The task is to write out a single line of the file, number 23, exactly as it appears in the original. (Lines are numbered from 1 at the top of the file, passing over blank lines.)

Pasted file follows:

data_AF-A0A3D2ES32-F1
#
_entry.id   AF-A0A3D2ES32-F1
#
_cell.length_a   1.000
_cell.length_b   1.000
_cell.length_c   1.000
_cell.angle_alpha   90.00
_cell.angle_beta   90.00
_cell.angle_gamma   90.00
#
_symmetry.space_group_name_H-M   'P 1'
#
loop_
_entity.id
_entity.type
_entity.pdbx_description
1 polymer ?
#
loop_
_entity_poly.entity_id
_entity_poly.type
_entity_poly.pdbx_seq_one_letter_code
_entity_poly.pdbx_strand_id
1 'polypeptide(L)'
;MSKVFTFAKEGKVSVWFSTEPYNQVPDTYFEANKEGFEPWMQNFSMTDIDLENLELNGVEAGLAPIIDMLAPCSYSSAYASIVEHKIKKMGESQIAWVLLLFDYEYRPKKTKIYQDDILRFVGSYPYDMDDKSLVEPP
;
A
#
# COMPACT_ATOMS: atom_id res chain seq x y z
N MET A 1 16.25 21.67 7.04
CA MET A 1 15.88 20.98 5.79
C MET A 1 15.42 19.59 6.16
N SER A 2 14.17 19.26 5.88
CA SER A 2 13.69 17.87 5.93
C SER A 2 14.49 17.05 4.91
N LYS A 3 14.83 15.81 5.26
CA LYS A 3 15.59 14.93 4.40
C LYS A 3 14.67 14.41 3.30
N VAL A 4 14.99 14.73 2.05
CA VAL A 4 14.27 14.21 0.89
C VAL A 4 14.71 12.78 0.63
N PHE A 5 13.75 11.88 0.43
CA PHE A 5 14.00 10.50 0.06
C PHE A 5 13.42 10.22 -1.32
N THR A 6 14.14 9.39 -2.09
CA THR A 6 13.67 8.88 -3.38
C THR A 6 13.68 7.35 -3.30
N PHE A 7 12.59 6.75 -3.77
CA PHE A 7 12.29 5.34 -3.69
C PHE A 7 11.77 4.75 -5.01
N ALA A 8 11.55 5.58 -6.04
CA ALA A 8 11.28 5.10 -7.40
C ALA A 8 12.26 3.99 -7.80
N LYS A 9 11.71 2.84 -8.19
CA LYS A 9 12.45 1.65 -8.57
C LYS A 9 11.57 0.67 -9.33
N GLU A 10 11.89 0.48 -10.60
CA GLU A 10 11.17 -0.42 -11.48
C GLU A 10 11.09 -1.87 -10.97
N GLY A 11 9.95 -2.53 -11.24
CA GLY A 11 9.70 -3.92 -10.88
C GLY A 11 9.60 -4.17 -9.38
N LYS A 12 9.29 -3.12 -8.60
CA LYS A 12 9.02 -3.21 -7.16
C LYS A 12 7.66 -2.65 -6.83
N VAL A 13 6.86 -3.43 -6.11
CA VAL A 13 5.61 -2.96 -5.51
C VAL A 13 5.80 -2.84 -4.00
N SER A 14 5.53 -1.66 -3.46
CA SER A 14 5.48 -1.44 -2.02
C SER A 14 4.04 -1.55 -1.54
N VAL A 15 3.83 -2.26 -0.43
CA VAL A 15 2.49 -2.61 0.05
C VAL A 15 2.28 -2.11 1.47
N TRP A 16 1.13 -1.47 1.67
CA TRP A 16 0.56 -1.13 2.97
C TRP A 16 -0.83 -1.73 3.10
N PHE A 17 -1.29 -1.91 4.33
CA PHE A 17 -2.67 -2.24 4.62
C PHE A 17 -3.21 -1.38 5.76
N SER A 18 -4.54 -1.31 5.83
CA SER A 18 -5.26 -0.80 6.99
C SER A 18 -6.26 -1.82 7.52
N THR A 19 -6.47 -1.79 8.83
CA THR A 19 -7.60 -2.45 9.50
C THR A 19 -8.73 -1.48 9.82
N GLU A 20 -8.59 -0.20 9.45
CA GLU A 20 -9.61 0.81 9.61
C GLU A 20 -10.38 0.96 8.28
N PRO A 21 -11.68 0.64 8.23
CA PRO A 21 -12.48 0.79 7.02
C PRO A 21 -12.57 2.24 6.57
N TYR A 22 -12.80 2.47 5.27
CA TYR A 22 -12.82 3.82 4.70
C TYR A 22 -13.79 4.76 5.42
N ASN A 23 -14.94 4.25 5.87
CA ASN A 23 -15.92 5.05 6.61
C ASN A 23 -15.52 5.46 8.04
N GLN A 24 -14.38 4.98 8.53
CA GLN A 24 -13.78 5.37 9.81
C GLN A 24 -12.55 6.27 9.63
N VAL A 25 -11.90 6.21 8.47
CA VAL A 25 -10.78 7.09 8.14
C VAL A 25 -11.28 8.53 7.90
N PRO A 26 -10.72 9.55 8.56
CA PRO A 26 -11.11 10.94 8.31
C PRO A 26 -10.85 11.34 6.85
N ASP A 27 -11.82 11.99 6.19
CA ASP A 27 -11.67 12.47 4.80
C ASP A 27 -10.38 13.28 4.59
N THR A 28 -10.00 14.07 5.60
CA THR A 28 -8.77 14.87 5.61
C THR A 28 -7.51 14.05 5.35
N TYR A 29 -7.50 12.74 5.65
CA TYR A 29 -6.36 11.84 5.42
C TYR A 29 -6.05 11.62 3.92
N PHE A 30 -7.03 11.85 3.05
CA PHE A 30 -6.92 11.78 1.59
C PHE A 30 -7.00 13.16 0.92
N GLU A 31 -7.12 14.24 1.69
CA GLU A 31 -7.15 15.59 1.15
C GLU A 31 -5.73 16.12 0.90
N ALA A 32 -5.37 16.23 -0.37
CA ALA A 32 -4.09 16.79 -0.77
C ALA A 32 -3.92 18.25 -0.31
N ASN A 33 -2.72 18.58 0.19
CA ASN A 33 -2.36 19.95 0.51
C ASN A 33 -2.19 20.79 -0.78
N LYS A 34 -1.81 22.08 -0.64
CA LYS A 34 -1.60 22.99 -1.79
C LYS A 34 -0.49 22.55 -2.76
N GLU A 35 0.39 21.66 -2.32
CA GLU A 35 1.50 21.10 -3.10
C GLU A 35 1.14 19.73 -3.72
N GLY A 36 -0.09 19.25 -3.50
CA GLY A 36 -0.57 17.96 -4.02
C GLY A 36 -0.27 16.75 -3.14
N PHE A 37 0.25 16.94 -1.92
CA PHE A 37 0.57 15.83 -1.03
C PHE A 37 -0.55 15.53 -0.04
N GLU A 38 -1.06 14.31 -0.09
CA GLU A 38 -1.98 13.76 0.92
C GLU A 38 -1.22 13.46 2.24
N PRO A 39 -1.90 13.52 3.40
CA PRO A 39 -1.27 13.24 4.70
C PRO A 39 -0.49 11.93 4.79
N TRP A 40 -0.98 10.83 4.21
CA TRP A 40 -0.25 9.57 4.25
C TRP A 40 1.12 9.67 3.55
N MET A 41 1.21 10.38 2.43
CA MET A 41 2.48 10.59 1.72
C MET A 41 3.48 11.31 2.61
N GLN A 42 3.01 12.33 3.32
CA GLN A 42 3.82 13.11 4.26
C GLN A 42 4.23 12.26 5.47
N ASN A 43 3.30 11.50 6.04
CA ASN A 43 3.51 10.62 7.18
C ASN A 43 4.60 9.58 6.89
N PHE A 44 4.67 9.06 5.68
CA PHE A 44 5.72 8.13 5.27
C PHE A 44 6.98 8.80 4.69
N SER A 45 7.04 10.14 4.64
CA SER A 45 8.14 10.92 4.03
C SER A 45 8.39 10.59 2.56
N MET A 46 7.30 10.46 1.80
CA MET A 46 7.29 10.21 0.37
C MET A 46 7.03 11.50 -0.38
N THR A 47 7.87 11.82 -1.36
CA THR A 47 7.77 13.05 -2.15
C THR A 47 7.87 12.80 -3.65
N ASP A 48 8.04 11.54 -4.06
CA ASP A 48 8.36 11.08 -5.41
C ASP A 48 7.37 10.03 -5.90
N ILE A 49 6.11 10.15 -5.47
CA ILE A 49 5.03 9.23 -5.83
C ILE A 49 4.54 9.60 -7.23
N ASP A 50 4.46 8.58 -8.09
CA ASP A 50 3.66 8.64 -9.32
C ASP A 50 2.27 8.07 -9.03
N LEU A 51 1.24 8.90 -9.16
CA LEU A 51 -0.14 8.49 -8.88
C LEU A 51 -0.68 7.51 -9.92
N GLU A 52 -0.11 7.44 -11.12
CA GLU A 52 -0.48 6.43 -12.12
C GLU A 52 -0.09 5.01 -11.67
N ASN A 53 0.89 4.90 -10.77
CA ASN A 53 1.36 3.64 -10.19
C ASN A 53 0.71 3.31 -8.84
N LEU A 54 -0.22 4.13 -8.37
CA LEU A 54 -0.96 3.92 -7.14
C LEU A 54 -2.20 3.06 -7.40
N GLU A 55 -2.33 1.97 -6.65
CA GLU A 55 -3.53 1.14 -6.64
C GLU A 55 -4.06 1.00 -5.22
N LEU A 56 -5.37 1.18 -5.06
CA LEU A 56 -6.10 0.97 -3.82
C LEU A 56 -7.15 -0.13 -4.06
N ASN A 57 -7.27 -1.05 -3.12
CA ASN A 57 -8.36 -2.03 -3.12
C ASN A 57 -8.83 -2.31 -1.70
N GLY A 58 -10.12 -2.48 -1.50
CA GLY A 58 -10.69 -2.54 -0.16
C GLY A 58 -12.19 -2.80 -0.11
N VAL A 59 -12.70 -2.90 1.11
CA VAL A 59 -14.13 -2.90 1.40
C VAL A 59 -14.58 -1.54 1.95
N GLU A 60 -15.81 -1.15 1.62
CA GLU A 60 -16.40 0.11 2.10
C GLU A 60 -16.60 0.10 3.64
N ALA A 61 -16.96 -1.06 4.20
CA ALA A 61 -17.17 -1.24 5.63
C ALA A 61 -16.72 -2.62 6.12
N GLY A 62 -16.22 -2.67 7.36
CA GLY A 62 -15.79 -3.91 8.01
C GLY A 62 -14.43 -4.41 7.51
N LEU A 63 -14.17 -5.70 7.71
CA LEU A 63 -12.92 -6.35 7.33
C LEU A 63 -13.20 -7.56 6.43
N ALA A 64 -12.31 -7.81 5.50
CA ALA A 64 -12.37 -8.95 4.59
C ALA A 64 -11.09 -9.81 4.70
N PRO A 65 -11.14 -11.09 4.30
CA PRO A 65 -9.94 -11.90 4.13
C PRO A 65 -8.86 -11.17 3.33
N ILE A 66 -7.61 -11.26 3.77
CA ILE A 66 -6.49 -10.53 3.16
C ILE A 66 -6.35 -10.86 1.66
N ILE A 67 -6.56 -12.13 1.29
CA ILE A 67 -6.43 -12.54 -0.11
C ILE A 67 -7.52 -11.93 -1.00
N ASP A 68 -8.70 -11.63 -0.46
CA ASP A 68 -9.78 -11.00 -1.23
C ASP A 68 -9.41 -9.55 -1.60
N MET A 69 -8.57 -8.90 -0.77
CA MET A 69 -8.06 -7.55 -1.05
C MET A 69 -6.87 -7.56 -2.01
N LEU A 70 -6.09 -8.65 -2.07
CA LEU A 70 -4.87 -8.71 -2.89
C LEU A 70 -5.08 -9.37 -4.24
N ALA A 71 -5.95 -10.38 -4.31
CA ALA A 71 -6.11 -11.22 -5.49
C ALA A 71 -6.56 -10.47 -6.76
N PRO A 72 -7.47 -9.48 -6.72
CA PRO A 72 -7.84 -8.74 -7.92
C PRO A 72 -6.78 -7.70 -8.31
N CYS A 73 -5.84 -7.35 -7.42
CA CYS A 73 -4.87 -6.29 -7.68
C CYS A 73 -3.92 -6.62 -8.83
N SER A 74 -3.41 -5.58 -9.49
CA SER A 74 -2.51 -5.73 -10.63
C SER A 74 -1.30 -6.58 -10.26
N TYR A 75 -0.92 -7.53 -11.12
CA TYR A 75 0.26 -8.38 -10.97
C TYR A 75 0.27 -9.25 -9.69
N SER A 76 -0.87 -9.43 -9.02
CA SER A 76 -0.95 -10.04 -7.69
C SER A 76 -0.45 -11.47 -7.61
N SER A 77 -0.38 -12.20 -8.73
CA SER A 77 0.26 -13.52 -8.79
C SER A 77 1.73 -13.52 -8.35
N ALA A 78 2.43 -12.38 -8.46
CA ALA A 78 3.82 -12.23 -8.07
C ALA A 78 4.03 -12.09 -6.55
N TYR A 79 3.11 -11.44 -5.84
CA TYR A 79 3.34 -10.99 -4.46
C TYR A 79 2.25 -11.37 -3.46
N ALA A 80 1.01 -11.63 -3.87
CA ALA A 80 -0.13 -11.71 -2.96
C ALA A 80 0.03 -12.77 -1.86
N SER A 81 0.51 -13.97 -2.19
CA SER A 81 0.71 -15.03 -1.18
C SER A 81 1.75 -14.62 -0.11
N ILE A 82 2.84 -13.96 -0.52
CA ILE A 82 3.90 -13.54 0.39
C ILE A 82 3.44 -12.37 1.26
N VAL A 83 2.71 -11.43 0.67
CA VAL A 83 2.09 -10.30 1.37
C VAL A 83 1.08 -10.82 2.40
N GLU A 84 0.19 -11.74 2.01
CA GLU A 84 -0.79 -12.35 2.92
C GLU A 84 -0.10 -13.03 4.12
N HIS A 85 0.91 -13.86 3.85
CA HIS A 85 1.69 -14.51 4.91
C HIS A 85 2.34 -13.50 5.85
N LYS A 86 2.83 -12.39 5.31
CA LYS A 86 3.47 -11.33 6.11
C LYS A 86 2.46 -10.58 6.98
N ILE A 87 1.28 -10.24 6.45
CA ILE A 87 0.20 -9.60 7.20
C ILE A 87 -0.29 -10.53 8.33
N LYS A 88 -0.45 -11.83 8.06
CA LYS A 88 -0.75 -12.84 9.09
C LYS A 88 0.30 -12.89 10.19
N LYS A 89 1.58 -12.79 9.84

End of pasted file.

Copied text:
_entity_poly.pdbx_seq_one_letter_code